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Is Coca-Cola’s antiobesity scheme the real thing?

BMJ 2014; 349 doi: https://doi.org/10.1136/bmj.g4340 (Published 09 July 2014) Cite this as: BMJ 2014;349:g4340
  1. Margaret McCartney, general practitioner, Glasgow
  1. margaret{at}margaretmccartney.com

The soft drinks manufacturer Coca-Cola is offering to halt the scourge of obesity in its tracks. The Coca-Cola Zero ParkLives scheme—launched last year as a pilot in Birmingham—offers running, cycling, rounders, tai chi, and bushcraft.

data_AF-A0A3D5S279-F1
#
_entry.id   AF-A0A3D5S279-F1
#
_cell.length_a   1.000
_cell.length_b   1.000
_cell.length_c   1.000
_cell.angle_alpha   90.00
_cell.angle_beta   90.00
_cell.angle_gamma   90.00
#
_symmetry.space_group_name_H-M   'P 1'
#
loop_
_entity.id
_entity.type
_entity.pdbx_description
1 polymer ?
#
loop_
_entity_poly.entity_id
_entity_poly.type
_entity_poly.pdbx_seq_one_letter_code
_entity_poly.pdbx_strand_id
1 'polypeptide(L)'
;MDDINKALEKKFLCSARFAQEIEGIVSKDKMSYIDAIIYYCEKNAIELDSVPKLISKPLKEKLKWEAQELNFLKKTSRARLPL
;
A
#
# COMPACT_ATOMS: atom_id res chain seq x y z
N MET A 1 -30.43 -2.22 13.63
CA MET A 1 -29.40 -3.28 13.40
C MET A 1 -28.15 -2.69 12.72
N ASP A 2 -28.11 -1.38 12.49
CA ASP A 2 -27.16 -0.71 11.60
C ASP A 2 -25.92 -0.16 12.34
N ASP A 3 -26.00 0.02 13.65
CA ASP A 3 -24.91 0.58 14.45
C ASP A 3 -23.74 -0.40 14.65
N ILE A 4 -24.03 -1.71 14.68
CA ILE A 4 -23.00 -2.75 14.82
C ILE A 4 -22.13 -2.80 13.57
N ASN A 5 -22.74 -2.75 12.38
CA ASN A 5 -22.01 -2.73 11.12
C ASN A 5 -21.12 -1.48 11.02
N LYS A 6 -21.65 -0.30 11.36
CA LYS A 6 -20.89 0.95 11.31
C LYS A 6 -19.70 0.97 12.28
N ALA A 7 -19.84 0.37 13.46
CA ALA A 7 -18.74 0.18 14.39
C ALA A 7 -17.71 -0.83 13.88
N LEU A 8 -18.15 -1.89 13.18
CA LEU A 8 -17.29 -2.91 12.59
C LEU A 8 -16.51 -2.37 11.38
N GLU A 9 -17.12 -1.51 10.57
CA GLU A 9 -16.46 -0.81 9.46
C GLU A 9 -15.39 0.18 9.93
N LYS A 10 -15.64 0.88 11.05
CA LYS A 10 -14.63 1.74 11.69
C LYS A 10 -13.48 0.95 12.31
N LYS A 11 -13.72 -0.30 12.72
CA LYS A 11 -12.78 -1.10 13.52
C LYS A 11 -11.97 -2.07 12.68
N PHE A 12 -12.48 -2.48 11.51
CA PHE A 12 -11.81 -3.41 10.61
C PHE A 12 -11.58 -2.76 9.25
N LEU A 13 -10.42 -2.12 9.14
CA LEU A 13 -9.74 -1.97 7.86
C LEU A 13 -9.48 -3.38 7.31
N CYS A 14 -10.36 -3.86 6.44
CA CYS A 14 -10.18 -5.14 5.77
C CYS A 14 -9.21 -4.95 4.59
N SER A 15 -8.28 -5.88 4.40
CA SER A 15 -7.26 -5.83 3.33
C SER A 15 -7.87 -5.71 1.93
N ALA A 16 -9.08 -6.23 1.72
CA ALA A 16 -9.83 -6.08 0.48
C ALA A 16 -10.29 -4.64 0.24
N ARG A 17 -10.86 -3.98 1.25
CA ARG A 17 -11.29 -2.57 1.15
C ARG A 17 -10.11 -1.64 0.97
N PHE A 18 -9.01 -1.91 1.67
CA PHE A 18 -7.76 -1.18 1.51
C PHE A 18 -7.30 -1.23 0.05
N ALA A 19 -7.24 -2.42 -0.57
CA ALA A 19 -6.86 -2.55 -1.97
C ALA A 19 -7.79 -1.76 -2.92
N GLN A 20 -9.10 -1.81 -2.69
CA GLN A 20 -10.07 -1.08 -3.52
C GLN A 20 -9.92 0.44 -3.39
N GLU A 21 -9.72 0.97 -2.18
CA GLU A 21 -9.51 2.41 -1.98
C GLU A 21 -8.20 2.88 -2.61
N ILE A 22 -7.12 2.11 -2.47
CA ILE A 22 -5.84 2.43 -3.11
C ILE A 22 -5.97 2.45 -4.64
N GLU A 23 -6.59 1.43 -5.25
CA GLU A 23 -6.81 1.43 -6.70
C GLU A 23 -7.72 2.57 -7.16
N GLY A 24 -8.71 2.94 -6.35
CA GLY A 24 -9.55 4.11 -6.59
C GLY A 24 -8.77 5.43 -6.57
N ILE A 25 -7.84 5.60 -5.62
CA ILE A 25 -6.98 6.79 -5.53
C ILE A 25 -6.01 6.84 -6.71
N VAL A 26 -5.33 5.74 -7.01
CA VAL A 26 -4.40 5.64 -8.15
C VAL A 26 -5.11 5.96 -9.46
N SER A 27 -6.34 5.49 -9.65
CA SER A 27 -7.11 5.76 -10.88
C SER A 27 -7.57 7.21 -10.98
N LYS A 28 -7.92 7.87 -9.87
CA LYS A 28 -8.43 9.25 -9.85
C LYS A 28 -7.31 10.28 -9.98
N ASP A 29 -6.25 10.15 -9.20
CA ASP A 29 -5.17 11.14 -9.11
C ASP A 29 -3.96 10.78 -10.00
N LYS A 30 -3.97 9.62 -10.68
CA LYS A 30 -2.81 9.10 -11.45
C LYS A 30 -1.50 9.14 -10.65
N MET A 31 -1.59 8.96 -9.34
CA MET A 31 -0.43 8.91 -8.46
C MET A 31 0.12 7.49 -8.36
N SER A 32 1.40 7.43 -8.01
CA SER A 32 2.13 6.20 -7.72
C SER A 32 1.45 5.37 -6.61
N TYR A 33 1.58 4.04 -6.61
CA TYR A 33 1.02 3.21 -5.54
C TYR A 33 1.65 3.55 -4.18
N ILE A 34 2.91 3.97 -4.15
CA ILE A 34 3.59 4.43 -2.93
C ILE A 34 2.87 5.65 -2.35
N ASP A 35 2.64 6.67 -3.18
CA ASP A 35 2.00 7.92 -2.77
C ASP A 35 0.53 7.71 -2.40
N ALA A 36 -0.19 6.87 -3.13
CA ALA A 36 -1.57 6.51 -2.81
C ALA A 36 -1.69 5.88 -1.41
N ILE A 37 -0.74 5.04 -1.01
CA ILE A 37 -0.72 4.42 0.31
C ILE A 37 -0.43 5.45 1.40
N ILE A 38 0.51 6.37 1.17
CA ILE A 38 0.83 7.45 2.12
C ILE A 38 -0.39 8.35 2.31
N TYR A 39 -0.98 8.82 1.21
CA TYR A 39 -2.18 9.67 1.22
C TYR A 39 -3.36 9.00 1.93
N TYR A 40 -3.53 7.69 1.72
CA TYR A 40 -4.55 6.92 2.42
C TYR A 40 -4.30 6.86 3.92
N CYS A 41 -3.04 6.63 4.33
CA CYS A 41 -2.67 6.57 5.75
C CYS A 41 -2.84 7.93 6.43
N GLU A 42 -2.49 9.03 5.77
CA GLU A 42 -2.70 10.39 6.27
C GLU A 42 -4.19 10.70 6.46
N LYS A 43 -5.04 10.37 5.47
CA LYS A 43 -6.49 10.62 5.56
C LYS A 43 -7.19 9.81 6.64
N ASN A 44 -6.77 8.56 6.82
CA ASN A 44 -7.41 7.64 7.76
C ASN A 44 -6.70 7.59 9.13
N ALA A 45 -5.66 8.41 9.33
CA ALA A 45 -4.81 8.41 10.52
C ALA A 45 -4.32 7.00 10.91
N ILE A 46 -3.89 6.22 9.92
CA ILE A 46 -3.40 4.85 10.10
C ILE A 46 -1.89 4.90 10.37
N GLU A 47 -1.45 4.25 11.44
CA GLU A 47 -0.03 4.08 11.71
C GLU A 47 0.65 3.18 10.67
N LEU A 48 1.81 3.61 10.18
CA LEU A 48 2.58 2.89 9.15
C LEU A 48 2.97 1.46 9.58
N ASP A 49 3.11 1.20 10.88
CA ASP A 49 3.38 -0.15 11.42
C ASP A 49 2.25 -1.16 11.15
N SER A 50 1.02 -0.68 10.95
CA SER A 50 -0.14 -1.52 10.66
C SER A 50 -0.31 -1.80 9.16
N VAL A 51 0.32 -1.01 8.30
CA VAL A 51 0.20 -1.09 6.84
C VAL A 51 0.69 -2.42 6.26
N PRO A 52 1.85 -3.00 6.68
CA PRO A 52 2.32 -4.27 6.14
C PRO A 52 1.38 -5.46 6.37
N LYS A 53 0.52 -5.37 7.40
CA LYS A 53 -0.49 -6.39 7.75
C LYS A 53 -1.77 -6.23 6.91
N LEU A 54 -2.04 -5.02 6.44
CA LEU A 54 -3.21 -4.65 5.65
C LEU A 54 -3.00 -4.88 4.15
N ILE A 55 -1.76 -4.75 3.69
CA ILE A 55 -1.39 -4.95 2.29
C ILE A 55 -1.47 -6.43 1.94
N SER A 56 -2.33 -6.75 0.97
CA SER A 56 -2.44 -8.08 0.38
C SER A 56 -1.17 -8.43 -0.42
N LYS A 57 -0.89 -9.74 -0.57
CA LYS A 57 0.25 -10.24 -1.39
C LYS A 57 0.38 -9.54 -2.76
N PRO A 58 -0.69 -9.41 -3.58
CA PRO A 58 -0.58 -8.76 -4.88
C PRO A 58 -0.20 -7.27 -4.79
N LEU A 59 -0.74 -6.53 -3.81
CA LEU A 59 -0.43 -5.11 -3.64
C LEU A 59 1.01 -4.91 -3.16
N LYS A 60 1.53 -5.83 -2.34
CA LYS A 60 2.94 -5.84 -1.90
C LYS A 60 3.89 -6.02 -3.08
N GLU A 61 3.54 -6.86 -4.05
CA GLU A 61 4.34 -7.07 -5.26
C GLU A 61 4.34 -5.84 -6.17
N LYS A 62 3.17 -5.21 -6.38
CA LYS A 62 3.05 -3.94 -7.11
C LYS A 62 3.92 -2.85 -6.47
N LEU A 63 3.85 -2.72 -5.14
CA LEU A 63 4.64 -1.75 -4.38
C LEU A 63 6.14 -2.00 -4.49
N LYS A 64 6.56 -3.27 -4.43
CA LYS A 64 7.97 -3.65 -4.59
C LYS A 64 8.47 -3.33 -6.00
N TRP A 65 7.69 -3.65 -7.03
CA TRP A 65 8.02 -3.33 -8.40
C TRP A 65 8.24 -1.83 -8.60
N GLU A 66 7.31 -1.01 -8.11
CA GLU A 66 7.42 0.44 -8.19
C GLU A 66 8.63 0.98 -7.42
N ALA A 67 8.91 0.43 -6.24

The scheme, which Coca-Cola describes as “ground breaking,” is now to be extended to 50 parks in three English cities. It will cost the company £20m between now and 2020,1 and the aim is further expansion. Coca-Cola introduced the scheme because it wants “to play a more productive role in finding solutions to obesity.”2

Local councils seem to have signed up willingly, advertising the scheme on their websites—including the red Coca-Cola logo.3

Since when did public health policy on mass activity get placed in the lap …

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